And for those who are not tempted to mistake Christendom for Christ, another danger exists. It is easy to become jaded with the church and want to abandon her as unhealthy. We can trust in our shrewd critique of the wrong things within the church. Yet, she calls us not to be toxic or arrogant. That will not serve the church well.

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Lessons learned in the Middle East


I traveled to Jordan in early November to do trauma recovery training/equipping work for Jordan Bible Society as a volunteer representative of the Trauma Healing Institute. Today, I posted a blog on the BTS faculty blog page on some of the lessons I learned there. I encourage you to check out those insights. The title of the post says, “5 Lessons Learned…” but in fact there are 6. Consider it your Christmas bonus (wink).

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Spiritual Trauma and Abuse: Assessments and Interventions


Today I will be presenting a break out at the AACC World Conference on spiritual abuse. If you are interested in seeing slides of my talk, click: Spiritual Abuse.

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Evaluating Character of a Leader? See How they Treat “The Other”


How a person treats “the little people” or “outsiders” tells you a lot about a person’s character. I once remember interviewing someone with great credential for an upper level job. On paper and in the interview, this person seemed like a perfect fit. But afterwards, I learned that this potential hire had clearly mistreated (with arrogance) a lower level administrative assistant in the organization. That changed everything I thought about the quality of the character of the person.

Most leaders are gifted. They have vision and drive and a capacity to instill both in their followers. Usually, this means the person has an excellent command of language so as to move others to feel as she or he does. But such strengths can be easily cloaked in deceptive languages and what could have been good is used for a bad purpose, most often that of personal gain.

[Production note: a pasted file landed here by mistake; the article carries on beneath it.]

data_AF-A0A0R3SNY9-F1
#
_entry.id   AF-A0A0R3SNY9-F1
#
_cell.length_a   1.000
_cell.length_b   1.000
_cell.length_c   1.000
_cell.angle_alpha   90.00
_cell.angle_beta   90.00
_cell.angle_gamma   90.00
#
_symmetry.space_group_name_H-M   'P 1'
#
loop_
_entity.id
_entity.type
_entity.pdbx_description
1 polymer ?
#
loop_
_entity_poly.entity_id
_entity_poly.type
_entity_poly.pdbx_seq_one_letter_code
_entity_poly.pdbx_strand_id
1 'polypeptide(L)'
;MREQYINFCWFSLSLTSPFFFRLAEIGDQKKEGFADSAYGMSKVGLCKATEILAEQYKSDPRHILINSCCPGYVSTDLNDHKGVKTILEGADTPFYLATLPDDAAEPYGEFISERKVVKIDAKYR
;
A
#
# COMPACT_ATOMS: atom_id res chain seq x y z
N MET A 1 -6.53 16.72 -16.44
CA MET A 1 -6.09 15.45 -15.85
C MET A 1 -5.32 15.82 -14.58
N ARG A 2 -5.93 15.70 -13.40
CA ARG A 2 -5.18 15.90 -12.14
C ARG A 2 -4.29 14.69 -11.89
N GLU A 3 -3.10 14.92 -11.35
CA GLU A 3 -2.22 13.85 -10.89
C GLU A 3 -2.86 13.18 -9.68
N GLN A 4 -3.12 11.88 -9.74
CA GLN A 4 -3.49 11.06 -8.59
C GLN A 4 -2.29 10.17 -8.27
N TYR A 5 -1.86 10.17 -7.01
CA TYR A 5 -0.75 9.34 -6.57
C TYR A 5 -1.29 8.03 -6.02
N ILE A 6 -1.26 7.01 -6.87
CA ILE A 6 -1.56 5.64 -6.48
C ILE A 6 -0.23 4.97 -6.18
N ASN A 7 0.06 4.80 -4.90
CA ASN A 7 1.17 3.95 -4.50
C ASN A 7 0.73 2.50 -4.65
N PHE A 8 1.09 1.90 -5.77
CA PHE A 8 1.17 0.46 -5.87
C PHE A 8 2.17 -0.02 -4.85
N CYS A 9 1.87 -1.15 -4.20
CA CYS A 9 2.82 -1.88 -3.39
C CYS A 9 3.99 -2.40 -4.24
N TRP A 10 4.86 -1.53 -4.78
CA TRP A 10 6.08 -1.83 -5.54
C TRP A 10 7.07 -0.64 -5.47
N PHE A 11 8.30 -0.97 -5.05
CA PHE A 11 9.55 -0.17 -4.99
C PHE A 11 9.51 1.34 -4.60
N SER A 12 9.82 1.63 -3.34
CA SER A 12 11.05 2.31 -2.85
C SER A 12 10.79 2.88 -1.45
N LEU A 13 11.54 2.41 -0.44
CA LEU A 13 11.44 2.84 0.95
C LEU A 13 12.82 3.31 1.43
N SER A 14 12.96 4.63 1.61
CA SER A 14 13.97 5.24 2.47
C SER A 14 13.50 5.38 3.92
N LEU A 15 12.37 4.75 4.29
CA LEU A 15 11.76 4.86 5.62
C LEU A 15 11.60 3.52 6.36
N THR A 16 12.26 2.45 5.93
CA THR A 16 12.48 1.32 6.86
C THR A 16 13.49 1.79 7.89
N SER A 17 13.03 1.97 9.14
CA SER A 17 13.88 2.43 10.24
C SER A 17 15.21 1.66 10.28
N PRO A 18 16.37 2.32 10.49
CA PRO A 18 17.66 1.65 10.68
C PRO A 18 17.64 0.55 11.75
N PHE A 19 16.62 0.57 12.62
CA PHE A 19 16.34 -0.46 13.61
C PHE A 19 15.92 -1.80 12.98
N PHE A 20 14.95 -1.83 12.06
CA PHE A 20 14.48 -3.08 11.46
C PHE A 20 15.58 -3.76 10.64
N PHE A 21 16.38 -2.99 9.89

How much more dangerous if the leader combines these gifts with spiritual/religious language. Notice how the cloak of good things could easily cover up evil outcomes:

GOOD WORD  ==> CLOAKED INTENT

  • unity                      your opinion doesn’t matter
  • trust                      don’t question my actions and decisions
  • truth                      believe as I do or you are out

An Evaluation Tool Better than Words?

Check how they treat vulnerable people, people who do not tend to listen well, people who need lots of attention due to their weaknesses. See how they talk about those who work for them and who get little public glory. Do they blame underlings for their mistakes. Do they receive criticism well? Do they talk in “we” language (vs. “I”) and back that talk up with giving glory to others where it is due? And finally, how do they describe their enemies or those who are not part of the cheerleader squad?

For all of us who have any leadership, let us remember God’s strong warning to shepherds in Ezekiel 34. False shepherds are those who

  • Use the sheep for personal gain (milk, wool, meat)
  • Starve the sheep
  • Not cared for weak, sick or injured
  • Not sought after the lost ones
  • Ruled with harshness
  • Abandoned the flock altogether

These are God’s enemies, destined for destruction. But we are not left in the dark about what a good leader looks like. Ezekiel 34:11f provides the test of a true shepherd, God himself. He finds, rescues, brings back, feeds, provided pleasant places and peace. He will bandage and heal and bring justice.

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Are all sins equal? The dangers of leveling all sins


There but for the grace of God go I.